Reconciliation panel set to draft agreement

Reconciliation panel set to draft agreement

Testimony to the military committee took place at a huge table. (File photo)
Testimony to the military committee took place at a huge table. (File photo)

A military-led panel on national unity on Wednesday wrapped up two months of work gathering public opinion, paving the way for the drafting of a unity agreement which will be publicised in June.

A total of 124 people from various groups showed up for the wrap-up meeting. It was the first time participants of the unity building process had met face to face since the opinion gathering process started on Feb 14.

However, the now-defunct People's Democratic Reform Committee led by Suthep Thuagsuban did not attend the meeting. Mr Suthep previously said his group will not sign any agreement proposed under the process.

From Feb 14 to April 5, politicians, business community and people's representatives including media organisations met the committee, headed by defence permanent secretary Gen Chaicharn Changmongkol, to air their views on national reconciliation.

The views gathered will be processed by another committee chaired by army head Chalermchai Sitthisat and turned into a draft unity agreement.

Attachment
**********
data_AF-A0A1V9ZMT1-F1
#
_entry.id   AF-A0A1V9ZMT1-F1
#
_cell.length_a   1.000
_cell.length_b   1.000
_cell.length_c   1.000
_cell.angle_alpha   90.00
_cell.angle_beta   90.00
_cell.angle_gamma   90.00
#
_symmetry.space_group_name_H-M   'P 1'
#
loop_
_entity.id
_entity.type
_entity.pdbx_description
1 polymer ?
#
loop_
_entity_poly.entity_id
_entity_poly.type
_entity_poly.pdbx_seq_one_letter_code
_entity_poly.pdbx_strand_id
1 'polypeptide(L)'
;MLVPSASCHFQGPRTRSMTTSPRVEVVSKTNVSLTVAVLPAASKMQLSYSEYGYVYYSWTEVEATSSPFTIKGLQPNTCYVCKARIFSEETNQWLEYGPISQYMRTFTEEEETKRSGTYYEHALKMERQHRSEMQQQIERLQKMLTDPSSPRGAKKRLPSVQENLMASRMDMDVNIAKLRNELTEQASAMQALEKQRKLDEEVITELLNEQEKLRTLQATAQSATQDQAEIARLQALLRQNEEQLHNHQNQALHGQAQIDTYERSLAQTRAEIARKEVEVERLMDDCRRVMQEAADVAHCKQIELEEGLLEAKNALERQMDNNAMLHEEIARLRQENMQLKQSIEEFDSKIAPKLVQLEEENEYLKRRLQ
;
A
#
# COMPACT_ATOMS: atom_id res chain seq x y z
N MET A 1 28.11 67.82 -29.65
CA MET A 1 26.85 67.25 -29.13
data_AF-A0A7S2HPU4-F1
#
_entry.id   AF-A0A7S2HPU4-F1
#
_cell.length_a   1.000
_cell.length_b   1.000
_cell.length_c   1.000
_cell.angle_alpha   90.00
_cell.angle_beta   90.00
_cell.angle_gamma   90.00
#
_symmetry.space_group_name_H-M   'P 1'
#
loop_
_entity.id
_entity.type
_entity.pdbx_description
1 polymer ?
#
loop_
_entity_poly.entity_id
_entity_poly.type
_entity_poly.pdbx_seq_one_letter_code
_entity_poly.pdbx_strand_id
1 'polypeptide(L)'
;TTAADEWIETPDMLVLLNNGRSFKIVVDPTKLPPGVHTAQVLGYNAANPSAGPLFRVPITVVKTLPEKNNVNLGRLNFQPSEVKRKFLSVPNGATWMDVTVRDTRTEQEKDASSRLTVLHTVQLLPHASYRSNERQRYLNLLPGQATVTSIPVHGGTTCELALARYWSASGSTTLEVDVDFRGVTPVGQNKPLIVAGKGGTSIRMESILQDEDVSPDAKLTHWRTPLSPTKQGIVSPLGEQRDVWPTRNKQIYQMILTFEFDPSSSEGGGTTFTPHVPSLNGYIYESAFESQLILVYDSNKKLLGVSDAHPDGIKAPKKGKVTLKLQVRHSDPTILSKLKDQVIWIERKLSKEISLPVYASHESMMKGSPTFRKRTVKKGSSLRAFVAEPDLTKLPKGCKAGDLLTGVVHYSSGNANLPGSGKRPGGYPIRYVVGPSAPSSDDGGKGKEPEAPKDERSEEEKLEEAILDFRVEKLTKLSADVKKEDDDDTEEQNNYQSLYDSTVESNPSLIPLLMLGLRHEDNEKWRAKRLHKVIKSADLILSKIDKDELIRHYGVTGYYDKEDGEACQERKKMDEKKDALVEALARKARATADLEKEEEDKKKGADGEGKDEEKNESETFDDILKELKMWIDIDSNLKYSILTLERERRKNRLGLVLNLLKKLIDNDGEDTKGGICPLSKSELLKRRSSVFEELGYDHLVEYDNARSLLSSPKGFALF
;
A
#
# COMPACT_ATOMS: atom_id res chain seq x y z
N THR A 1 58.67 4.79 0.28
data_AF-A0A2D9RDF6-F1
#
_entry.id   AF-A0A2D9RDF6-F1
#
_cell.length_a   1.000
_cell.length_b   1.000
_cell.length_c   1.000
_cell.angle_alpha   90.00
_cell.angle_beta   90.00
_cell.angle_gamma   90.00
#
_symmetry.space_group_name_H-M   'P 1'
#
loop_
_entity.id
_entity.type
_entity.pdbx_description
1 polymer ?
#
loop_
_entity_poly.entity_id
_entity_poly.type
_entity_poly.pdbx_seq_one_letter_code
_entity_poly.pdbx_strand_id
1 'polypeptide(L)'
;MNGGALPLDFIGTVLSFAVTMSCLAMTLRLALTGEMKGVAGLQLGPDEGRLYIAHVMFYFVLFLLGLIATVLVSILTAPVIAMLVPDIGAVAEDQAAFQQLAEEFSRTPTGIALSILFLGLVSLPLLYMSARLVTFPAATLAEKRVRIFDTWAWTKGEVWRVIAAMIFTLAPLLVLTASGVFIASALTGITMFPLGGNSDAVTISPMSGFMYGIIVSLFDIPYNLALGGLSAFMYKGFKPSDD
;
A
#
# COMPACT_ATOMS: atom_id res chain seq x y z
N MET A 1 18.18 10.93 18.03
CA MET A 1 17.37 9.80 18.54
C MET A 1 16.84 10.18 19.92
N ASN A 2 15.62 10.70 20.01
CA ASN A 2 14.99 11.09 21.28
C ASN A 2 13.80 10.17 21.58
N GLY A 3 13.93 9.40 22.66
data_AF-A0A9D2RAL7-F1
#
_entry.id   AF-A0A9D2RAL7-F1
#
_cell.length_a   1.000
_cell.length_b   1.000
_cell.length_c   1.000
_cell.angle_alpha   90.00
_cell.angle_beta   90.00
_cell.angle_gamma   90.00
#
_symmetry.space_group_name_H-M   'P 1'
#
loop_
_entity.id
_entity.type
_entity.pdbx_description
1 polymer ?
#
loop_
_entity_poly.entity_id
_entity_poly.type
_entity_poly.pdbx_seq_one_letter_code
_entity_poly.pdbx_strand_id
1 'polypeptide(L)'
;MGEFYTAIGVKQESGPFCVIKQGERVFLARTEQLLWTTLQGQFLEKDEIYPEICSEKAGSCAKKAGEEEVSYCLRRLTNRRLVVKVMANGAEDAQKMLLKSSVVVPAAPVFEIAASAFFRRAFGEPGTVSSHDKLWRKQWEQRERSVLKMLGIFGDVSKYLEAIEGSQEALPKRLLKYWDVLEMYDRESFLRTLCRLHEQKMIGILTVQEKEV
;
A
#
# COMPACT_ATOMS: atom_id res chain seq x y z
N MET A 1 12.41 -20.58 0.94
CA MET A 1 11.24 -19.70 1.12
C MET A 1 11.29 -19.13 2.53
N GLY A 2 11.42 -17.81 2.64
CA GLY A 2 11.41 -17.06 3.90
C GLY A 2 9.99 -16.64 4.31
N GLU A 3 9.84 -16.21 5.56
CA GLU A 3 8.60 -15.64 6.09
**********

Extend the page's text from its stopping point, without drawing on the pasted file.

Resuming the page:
Defence spokesman Kongcheep Tantravanich said a draft framework on unity building is likely to be unveiled in June to solicit public comments.

Natthawut Saikuar, of the red-shirt United Front for Democracy against Dictatorship, proposed a new constitution be drafted following a general election and be put up for a national referendum.

He also proposed that a committee be set up to review and scrap the coup's orders and announcements, saying laws should be be passed by parliament if any of those orders are necessary.

Mongkol Bangprapa, secretary-general of the Thai Journalists Association, urged the committee not to use this wrap-up meeting as an excuse to avoid holding public hearings on unity-related draft laws.

He said one of the missing key proposals floated by media organisations was an assurance the state would not enact any law seeking to impose control or restrictions on press freedom.

Kosol Sonniab, secretary-general of the Thai Broadcast Journalists Association, also voiced concerns over any attempt to control the media.

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